What are Operating Expenses?
Operating Expenses (OpEx) represent the indirect costs incurred by a business to continue running its day-to-day operations. While not directly tied to the revenue generated from the products/services, operating expenses are an essential part of a company’s core operations.
How to Calculate Operating Expenses?
Operating expenses (OpEx) are associated with the core operations of a company, but do not directly contribute to the production of the products or services sold.
Unique to operating expenses, the majority of costs classified as OpEx are fixed costs, which means they are NOT directly linked to revenue. Instead, OpEx remains relatively constant regardless of production volume.
For example, the rent expense for an office is stated on the contract with the building landlord and does not fluctuate based on revenue performance.
Note that not all OpEx are fixed costs, as an item like office supplies can be viewed as more of a variable cost since more purchases would be made if production levels were higher.
What are Examples of Operating Expense?
The most common examples of operating expenses incurred by companies are listed below:
Operating Expenses on Income Statement Example
Occasionally, OpEx can be consolidated into a single line item, but the standard layout is for the expenses to be broken out into multiple line items.
For example, Apple places “Research & Development” and “Selling, General & Administrative” expenses into separate buckets.
Apple Operating Expenses (Source: 2020 10-K)
Operating expenses are paid for using gross profits, which are the earnings once COGS have been subtracted.
How OpEx Impacts Operating Income (EBIT) and Operating Margin?
Since operating income takes into account operating costs (i.e. COGS and OpEx), it represents the cash flow from core operations before accounting for other non-core sources of income/expenses.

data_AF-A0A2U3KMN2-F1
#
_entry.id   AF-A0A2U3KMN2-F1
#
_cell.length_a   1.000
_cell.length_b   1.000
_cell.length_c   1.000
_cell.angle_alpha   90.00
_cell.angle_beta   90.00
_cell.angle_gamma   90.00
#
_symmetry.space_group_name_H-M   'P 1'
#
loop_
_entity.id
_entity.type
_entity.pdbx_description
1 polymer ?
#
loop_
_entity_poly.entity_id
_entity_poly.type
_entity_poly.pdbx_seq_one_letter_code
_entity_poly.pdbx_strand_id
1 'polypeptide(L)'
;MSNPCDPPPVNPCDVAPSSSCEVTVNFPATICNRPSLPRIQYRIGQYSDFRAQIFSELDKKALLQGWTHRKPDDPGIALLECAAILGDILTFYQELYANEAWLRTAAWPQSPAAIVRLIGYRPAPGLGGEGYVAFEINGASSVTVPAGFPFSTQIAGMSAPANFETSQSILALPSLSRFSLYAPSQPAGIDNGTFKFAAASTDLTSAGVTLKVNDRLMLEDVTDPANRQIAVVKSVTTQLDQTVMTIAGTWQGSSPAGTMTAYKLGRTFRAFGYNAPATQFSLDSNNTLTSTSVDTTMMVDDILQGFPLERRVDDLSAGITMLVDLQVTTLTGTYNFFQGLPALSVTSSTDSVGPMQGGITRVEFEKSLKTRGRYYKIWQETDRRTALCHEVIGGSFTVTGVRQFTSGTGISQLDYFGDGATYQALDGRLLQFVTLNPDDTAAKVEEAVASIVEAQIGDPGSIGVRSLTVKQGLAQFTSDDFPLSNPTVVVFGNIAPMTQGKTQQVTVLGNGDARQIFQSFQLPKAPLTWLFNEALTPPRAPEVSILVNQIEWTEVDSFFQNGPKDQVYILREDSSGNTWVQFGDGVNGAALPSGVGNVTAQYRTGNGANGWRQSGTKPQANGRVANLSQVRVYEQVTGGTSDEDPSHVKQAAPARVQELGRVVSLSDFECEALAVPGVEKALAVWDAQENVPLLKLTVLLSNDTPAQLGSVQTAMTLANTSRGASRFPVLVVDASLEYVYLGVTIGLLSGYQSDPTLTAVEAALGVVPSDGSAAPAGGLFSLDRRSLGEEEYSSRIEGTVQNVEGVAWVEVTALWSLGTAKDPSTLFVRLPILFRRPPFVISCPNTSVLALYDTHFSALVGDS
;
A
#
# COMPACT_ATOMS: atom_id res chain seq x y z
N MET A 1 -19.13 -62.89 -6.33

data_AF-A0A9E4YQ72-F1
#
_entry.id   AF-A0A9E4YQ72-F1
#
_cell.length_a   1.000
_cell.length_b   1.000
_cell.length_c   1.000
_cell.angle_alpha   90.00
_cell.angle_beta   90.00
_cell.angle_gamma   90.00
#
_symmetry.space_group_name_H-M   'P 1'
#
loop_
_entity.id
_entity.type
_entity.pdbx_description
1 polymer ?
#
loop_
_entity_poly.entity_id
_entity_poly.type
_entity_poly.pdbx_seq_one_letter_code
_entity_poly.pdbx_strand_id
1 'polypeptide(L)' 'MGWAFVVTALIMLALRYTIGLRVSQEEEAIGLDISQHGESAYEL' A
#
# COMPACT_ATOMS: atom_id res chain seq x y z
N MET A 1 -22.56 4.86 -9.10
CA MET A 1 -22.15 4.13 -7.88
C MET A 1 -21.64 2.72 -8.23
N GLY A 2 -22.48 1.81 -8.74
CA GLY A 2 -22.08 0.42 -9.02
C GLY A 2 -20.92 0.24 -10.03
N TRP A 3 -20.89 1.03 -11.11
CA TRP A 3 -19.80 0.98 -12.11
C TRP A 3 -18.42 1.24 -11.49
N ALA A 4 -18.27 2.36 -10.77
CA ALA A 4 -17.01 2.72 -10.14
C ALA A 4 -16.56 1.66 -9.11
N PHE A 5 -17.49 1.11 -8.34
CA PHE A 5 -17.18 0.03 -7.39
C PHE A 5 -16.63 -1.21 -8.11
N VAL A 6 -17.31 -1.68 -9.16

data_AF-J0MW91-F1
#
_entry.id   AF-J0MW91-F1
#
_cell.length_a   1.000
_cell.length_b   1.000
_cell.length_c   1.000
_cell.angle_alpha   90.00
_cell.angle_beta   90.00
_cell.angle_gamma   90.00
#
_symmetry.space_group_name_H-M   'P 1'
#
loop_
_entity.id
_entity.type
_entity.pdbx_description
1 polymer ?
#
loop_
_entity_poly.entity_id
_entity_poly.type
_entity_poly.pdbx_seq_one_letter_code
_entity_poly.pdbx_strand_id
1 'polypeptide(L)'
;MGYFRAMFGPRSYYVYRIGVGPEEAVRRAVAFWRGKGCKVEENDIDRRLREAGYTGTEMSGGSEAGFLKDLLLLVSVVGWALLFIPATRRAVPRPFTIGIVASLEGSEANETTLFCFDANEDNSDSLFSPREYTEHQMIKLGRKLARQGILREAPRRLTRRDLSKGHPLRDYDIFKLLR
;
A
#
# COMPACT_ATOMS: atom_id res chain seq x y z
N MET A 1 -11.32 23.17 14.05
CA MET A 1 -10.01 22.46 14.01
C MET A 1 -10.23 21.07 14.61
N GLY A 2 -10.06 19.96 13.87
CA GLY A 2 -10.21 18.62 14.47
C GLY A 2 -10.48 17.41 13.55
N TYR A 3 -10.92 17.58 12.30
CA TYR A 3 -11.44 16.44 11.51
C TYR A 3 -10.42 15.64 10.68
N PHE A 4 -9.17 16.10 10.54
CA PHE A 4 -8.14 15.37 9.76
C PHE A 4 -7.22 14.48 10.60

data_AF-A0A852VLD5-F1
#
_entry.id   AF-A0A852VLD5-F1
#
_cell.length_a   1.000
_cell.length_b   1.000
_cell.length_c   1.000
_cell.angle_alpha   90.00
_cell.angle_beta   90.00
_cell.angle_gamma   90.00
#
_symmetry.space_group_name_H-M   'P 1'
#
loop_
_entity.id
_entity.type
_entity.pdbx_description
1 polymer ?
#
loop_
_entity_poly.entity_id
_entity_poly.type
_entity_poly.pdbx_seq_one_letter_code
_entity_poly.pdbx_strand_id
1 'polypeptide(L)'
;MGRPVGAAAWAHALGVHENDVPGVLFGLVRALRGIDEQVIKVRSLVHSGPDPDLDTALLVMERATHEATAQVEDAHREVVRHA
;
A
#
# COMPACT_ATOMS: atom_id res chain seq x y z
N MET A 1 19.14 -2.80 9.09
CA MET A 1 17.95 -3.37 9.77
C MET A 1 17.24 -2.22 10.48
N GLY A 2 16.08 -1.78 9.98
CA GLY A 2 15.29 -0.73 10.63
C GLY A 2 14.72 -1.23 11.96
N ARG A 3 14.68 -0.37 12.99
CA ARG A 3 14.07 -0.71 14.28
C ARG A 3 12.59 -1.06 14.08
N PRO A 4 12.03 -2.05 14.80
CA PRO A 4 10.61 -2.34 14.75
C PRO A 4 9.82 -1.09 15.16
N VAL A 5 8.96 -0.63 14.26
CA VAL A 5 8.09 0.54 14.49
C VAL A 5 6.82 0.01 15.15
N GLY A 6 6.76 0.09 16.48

That said, management should strive to be more efficient and maintain reasonable levels of operating costs, especially because OpEx is a significant component of the break-even point of a company.
Operating Expenses Calculator
We’ll now move to a modeling exercise, which you can access by filling out the form below.
Step 1. Income Statement Assumptions
In our illustrative example, our company has the following financial data as of Year 0.
Income Statement Data (Year 0)
- Revenue = $125 million
- Cost of Goods Sold (COGS) = $60 million
- Selling, General & Administrative (SG&A) = $20 million
- Research & Development (R&D) = $10 million
Step 2. Operating Expenses Calculation and EBIT Analysis
Given the assumptions above, the Year 0 gross profit is equal to $65 million, and the operating income is $35 million.
- Gross Profit = $125m – $60m = $65m
- Operating Income (EBIT) = $65m – $20m – $10m = $35m
The $30 million in SG&A and R&D are the total operating expenses of our company.
Step 3. Operating Expenses Projection (R&D and SG&A)
Next, we’ll project the income statement of our company down to the operating line.
Revenue will be assumed to grow at a year-over-year growth rate of 5.0% while the gross margin remains at 52.0%.
As for our two operating expenses, SG&A and R&D, the two will remain the same percentage of revenue as Year 0.
Since SG&A as a percentage of revenue was 16.0% and R&D was 8.0% of revenue in Year 0, we’ll extend this across our assumptions section.
For each period, we can project the OpEx value by multiplying the % assumption by the revenue amount in the matching period, as shown in the screenshot above.
In the final step, the operating income (EBIT) can be arrived at by deducting the projected SG&A and R&D from gross profit.